E.F. Benson, Mapp and Lucia. PMC 2004. First published 1935
I need a long preamble for this post.
This year I became a tour guide at Truro Cathedral. To prepare, I had to do a lot of research so that I could come across as well-informed about the building – its history, Gothic revival design, its artefacts, and so on. It was the first newly built cathedral to be completed in England since Salisbury in the thirteenth century; work on it started soon after the diocese of Truro was established in the late 1870s.
Edward White Benson was consecrated its first bishop in 1877 (he went on to become installed as Archbishop of Canterbury in 1883, a position he held until his death in 1896). While a student at Cambridge he became so interested in the spirit world and the supernatural that he co-founded a ghost society there in 1851. Years later this interest had obviously not waned: Henry James in his notebooks (Jan. 12, 1895) recorded the outline sketch (HJ tended to call these données) of a story told him by Benson, by then the Archbishop of Canterbury, at Addington, his archiepiscopal residence, two days earlier, that clearly gave him the germ of an idea for The Turn of the Screw – which was published in Collier’s Weekly in 1898.
The same notebooks also show that he socialised with two of Benson’s more famous sons: one was Arthur Christopher (1862-1925, published as A.C. Benson), who became Master of Magdalen College, Oxford. He wrote the lyrics to the Elgar song ‘Land of Hope and Glory’ (1902), much loved by jingoistic fogies of the type who go on to become morally corrupt prime ministers and senior members of the British government (the most egregiously despicable of whom, I’m delighted to say as I draft this, is on his way out). His literary output included essays, memoirs, lit crit, and (influenced perhaps by his father) ghost stories.
The other was Edward Frederic (E.F.) Benson (1867-1940), whose literary output included memoirs, biographies, short stories (he too dabbled in ghost stories; I’ve read a few of these – they’re not exceptional, in the MR James mode), and novels. The Mapp and Lucia series – six novels and a couple of short stories – are perhaps his best-known works. Adaptations of some of them have been adapted for TV drama in the 1980s and more recently. I didn’t watch them at the time, assuming they were a genre of lightweight, sub-Wodehouse upper-middle-class snobbery-posing-as-comedy. Having read Mapp and Lucia, the fourth in the novel sequence, that opinion has been confirmed.
Coincidentally, E.F. lived for many years in Lamb House, Rye (in Sussex, on the English south coast), where Henry James had lived from 1897 to 1914. His brother Arthur was also a tenant there for a time, and so was the author Rumer Godden.
Benson based Lucia’s holiday town, Tilling, on Rye, and her character was probably based on the wife of the local golf course secretary, with whom HJ was also socially acquainted during his time there: like Lucia she was an accomplished pianist and self-appointed leader of the town’s musical life.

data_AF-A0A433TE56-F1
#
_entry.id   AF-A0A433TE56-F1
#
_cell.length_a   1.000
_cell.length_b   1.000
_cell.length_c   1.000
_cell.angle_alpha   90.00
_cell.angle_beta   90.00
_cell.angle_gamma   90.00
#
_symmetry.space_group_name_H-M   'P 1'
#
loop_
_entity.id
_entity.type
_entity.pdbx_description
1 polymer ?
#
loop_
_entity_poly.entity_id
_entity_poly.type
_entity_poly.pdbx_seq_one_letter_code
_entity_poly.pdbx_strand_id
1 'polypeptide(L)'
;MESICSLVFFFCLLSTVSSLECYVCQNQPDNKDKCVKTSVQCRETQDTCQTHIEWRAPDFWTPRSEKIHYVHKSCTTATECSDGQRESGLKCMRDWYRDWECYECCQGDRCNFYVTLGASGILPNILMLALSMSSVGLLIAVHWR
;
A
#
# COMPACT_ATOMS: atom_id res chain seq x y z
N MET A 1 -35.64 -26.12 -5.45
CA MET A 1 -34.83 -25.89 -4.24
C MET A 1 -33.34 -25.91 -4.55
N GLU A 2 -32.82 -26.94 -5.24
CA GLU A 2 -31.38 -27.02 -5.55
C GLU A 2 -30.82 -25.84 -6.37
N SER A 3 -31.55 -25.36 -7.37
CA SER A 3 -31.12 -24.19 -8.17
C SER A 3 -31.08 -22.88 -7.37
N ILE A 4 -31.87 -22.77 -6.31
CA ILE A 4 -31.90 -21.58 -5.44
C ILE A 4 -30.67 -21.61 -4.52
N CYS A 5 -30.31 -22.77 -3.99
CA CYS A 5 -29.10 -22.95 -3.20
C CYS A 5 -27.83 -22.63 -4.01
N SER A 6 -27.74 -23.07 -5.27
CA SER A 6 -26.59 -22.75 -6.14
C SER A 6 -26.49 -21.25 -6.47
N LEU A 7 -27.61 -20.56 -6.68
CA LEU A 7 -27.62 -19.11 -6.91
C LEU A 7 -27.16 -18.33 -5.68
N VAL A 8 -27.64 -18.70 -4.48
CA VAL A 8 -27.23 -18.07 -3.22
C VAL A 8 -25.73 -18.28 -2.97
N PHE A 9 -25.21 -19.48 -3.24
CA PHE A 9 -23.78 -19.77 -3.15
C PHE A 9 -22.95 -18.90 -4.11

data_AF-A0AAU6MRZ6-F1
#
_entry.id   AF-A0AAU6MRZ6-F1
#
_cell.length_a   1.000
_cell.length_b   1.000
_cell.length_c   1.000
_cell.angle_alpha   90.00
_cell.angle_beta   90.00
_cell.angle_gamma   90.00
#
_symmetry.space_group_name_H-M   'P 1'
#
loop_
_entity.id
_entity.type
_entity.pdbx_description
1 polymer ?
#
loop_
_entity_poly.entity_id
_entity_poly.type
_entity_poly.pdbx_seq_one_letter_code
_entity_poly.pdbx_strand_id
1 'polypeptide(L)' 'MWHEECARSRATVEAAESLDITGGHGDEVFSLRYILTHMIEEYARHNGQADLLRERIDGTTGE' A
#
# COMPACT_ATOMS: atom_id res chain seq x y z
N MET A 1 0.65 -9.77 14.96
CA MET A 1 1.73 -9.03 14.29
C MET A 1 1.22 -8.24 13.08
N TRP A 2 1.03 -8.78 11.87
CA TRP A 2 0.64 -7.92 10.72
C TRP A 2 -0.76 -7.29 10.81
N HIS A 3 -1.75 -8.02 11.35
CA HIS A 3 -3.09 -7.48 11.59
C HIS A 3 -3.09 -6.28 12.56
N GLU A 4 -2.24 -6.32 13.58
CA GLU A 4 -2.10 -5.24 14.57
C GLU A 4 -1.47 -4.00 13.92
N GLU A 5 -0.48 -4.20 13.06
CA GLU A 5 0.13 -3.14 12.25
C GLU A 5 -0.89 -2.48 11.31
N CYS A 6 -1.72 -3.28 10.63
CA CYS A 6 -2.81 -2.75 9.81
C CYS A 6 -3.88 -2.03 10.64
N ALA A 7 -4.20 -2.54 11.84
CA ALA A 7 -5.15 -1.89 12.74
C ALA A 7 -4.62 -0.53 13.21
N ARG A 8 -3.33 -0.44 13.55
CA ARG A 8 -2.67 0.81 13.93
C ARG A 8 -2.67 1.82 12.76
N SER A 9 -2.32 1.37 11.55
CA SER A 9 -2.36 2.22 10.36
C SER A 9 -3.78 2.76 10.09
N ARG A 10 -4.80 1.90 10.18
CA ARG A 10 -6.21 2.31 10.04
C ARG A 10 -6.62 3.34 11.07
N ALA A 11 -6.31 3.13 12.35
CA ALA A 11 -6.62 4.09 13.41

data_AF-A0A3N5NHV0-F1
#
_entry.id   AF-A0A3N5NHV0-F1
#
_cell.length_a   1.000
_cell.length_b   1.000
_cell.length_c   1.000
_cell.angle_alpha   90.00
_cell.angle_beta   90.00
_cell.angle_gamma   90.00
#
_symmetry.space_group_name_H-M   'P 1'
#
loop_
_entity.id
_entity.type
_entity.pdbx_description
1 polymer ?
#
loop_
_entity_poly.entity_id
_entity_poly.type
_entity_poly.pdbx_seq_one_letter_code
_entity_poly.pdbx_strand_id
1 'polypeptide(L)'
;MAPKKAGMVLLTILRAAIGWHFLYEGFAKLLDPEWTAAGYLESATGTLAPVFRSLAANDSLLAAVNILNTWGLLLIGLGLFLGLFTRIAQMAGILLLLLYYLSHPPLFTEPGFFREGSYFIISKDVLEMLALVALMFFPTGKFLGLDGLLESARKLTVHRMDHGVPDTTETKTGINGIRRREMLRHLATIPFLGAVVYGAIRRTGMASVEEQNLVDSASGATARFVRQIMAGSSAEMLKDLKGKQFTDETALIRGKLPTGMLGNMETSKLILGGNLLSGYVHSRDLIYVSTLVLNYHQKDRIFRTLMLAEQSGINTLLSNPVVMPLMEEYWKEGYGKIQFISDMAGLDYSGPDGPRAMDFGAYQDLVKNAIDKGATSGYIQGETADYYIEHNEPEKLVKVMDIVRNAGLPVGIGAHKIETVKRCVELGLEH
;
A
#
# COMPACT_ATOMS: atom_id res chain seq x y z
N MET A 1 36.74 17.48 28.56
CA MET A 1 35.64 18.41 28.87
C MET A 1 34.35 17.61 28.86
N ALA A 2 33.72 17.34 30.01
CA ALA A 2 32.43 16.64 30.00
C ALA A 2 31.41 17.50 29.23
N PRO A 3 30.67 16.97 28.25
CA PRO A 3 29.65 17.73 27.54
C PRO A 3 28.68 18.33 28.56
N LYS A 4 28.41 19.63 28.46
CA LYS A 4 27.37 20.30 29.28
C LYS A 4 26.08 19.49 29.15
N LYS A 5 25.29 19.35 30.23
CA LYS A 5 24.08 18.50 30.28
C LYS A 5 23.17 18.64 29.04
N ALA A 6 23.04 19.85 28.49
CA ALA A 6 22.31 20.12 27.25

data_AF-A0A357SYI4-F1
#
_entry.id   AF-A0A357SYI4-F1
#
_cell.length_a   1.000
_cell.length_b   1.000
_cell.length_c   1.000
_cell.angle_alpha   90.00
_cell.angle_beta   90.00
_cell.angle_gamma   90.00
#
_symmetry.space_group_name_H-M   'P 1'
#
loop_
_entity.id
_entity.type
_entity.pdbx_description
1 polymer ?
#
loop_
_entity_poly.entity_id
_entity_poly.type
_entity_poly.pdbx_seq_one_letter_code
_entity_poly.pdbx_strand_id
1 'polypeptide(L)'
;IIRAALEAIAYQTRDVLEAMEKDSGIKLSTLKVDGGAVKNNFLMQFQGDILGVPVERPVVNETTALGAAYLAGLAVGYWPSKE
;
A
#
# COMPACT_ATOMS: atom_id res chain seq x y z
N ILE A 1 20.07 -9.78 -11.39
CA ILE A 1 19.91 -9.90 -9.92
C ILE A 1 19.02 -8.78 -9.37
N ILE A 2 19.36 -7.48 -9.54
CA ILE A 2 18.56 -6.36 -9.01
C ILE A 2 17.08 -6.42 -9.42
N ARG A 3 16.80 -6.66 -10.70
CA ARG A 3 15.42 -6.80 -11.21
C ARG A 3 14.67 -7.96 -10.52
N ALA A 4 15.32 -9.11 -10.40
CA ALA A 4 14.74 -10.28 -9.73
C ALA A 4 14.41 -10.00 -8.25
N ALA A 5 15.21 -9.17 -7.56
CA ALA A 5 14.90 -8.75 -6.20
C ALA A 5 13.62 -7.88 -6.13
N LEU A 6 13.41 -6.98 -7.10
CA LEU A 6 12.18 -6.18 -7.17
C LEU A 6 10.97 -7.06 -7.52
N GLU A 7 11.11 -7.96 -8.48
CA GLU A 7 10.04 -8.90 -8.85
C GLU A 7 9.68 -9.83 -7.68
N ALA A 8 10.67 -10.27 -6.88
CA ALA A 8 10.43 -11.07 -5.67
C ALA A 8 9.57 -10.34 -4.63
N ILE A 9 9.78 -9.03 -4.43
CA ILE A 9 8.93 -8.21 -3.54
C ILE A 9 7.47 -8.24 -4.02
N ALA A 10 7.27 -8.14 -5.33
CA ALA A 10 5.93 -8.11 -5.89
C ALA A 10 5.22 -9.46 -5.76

The plot of Mapp and Lucia is pretty frothy, but well enough done, if you like that sort of thing (I can’t say I do: this was a duty read). Recently widowed Emmeline Lucas, who prefers to be known (with characteristic pretension) as Lucia by her friends, needs a change of scene from sleepy Riseholme. Her self-imposed purdah has become tedious, and other women are trying to supplant her as queen bee of village society. It would be unbecoming for her to resort to her usual tactics of subversion and bullying to restore herself to the prominence she assumes she deserves, as she had made such a ‘stunt’ of her role of ostentatiously grieving widow.
So she rents Mallards, a huge Queen Anne house in Tilling (and based on Lamb House, with its fine garden room), from Mrs Mapp. She wants change, ‘to get roused up again and shaken and made to tick.’ That gives an idea of the dialogue; it’s not really very witty, is it? She veers between that kind of thirties vernacular, stilted and affectedly snobbish high culture references – she poses as a connoisseur of literature and art as well as music – and toe-curling baby-talk with her camp neighbour and friend, Georgie.
None of these people works for a living. Lucia travels in a chauffeur-driven Rolls Royce. A rivalry quickly develops between Mrs Mapp, who’d been the Lucia of her town until her nemesis arrived, and her new tenant. Each indulges in all kinds of devious tricks, low cunning and downright nastiness to try to gain the upper hand over the other, and social dominance in this community of eccentrics.
Philip Hensher sums all this up well in his introduction:
E.F. Benson’s rather remarkable achievement is to have written a series of books which hardly contain one single generous or kind action, with a cast of characters with hardly one redeeming quality between them, which are basically stories about revenge, spite and ruthless ambition.
Spot on. I can’t concur with his next statement, however, that all this ‘refined cruelty’ results in ‘an atmosphere of cheerfulness and exuberant amusement.’ All I got from this rather nasty novel is the cruelty and snobbish rivalry. There is a certain period charm, but I admit to finding the egotistical antics of Lucia, with her affectation of culture and sophistication (part of the plot involves her fear of being exposed by an Italian speaker of knowing nothing of the language she pretends to be fluent in), left me cold.
Another plot strand deals with her friend Georgie’s despair when his servant announces she’s to marry Lucia’s chauffeur. Who will cosset and pamper him now? He might even have to make his own tea! Poor man.